Cholesterol turnover and tissue cholesterol distribution were studied in guinea pigs fed either a control diet or one containing 0.1% cholesterol. Dietary cholesterol caused a significant increase in the cholesterol concentration in liver, red blood cells and small intestine, but not in plasma. Most of the increase in total body cholesterol could be accounted for as an increase in liver esterified cholesterol content. Feeding the 0.1% cholesterol containing diet did not significantly change either the absorption of an oral dose of tracer cholesterol or the endogenous cholesterol synthesis rate. Steady state cholesterol input output rate and total traced mass of cholesterol were significantly greater, and mean transit time was significantly longer in the animals fed the cholesterol containing diet. These data suggest that the maintenance of cholesterol homeostasis in the nonhypercholesterolemic cholesterol fed guinea pig depends on liver accumulation of esterified cholesterol as well as on increased output of cholesterol.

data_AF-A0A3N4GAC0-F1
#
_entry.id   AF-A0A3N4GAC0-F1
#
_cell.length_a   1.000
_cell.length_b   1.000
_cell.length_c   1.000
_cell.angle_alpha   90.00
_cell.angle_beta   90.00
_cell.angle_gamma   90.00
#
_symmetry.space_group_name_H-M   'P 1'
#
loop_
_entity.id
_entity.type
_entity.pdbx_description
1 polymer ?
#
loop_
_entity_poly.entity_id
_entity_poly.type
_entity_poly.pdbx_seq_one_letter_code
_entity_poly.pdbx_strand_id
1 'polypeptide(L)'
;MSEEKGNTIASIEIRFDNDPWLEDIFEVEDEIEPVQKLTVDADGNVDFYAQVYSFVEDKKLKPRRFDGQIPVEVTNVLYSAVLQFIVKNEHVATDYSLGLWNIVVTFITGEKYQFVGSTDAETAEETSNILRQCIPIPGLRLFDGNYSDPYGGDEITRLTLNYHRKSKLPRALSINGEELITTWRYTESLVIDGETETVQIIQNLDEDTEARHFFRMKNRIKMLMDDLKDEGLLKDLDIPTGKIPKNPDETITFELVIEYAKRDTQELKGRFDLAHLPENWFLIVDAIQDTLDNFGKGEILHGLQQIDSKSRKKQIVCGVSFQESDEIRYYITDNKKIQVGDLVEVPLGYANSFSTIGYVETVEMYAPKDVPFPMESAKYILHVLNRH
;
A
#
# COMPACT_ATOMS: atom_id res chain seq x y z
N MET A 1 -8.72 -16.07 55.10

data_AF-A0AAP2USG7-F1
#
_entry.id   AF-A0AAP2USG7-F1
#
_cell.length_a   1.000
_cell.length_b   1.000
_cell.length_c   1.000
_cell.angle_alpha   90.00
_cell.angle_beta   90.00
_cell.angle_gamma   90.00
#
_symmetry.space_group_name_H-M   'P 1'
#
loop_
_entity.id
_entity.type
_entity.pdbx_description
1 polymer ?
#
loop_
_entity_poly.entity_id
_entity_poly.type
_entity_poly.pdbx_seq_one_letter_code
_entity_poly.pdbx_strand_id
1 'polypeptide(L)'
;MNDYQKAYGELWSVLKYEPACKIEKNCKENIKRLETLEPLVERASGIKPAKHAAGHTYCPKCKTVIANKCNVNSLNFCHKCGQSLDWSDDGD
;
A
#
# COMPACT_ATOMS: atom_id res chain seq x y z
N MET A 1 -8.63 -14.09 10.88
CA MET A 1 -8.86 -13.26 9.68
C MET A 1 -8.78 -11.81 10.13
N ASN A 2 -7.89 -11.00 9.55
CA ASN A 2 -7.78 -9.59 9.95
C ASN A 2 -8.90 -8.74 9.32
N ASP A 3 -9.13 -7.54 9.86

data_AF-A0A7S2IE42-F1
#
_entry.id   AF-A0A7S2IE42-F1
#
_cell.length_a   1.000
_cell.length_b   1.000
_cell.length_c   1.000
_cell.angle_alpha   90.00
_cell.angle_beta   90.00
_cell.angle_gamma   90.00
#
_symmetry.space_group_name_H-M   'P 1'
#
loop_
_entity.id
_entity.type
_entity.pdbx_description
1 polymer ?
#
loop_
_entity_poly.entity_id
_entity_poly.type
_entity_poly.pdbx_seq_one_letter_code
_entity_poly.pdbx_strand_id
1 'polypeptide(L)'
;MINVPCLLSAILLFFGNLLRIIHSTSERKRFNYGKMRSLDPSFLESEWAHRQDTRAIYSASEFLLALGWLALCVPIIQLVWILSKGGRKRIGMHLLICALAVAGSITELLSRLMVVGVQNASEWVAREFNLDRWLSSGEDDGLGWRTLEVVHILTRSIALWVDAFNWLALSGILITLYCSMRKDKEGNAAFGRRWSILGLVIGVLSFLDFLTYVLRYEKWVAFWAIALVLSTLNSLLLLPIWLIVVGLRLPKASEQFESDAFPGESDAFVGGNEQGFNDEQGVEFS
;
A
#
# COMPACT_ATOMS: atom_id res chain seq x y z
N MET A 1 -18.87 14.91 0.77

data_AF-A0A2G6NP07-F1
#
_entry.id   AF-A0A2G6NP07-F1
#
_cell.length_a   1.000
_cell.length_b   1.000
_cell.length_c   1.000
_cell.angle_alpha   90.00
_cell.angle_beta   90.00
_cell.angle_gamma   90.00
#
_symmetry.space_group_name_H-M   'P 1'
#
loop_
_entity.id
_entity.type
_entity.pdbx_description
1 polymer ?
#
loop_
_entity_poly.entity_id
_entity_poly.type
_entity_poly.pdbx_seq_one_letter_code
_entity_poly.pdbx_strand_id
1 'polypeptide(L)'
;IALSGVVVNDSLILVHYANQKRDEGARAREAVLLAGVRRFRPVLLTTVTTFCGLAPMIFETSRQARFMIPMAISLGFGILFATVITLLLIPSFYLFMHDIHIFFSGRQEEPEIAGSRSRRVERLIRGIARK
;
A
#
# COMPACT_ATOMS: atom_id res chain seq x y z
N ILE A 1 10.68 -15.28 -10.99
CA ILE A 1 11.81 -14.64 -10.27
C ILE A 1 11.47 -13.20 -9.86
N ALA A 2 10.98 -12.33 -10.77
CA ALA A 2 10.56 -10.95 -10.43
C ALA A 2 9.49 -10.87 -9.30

All Science Journal Classification (ASJC) codes
- Medicine (miscellaneous)
- Nutrition and Dietetics